Exercises That Help Seniors Improve Their Balance
Having good balance is critical to controlling and maintaining your body’s position and staying independent. For example, good balance makes it easier to get up out of a chair, keeps you from staggering or tripping, and allows you to bend over without falling. Unfortunately, balance problems are one of the most common reasons for falls and a leading cause of injury and death among seniors.
As a senior, good balance is critical to carrying out daily activities and maintaining your independence. Caused by various factors, balance issues are a frequent reason for older adults to consult a doctor, but some exercises will improve your balance and give you more confidence when walking or moving.
One of the easiest exercises for improving balance is a single-leg stand:
- Stand behind or beside a solid, steady chair with your feet hip-width apart and your weight evenly distributed.
- Move your weight to one foot, raise the other foot a few inches off the ground and maintain the stance for as long as possible while maintaining a good form.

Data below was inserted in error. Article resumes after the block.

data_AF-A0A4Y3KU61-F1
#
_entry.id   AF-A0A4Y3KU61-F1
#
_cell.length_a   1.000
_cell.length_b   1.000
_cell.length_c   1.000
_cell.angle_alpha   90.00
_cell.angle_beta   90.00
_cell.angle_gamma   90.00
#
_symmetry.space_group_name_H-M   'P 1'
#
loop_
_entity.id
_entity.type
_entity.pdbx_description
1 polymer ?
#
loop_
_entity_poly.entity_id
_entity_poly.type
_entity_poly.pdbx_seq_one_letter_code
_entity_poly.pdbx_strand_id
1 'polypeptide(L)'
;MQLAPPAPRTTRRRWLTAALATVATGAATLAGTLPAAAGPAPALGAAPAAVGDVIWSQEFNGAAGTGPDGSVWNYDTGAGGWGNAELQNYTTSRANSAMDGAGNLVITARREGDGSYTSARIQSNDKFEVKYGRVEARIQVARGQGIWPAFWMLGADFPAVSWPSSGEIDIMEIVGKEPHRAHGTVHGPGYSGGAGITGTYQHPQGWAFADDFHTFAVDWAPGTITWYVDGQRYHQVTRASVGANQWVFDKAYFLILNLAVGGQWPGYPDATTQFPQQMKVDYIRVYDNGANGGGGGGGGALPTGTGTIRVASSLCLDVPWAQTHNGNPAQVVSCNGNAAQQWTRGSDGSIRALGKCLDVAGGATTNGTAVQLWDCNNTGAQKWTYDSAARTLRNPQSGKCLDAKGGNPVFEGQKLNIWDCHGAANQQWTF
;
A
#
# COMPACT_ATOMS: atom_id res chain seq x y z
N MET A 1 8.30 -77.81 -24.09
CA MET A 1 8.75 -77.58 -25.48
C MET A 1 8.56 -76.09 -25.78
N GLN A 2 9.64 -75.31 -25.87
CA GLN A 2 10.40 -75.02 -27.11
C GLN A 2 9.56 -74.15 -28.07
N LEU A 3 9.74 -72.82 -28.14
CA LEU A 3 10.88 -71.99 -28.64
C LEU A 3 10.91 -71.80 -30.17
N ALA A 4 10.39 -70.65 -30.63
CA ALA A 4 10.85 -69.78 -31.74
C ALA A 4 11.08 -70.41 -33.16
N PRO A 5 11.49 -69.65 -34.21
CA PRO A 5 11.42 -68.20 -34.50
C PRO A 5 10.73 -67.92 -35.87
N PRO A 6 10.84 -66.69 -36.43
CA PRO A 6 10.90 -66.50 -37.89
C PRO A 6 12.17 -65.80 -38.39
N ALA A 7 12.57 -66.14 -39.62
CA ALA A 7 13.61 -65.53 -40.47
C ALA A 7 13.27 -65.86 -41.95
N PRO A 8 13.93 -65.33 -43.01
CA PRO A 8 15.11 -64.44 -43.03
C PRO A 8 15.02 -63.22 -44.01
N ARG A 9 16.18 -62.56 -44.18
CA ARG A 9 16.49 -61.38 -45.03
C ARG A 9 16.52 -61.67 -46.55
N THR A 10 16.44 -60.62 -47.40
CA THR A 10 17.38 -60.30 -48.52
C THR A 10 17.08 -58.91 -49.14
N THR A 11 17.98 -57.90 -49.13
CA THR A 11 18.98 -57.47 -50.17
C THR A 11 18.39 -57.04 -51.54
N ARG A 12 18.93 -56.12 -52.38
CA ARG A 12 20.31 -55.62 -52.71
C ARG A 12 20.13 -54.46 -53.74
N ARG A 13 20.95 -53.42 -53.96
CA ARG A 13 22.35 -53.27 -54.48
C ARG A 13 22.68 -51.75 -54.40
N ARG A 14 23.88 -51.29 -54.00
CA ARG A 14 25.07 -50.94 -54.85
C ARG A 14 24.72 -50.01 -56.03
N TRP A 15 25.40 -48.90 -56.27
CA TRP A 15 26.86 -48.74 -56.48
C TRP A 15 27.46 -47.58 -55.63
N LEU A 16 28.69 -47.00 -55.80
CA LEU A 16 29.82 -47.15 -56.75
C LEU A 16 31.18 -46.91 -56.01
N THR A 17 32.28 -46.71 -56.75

- Return to your starting position and repeat with the opposite leg.
Do several repetitions and start by holding the position for 30 seconds and working up to a minute. As your balance improves, you can add difficulty by bending your leg at the knee and holding up or stretching out your foot as far as possible without touching the floor.
Leg Stand and Arm Reach
This exercise essentially adds another element to the leg stand. Holding a chair with your right hand, lift your left foot off the ground and extend your left arm in front of you. Next, count to ten and rotate your arm, so it extends to the side. Hold it for a ten count, then rotate your arm as far behind you as possible. Repeat the exercise twice on each side.
Walking Heel to Toe
Walking heel to toe is an excellent way to improve balance, increase leg strength, and keep you from falling. Start by placing the heel of your right foot against the toes of the left. Next, bring your left foot forward and put it in front of your right, shifting your weight from your heel to your toes. Repeat the process, taking 20 steps forward and then 20 steps back.
We always recommend checking with your doctor before starting any new exercise regimen. Contact us today to get started!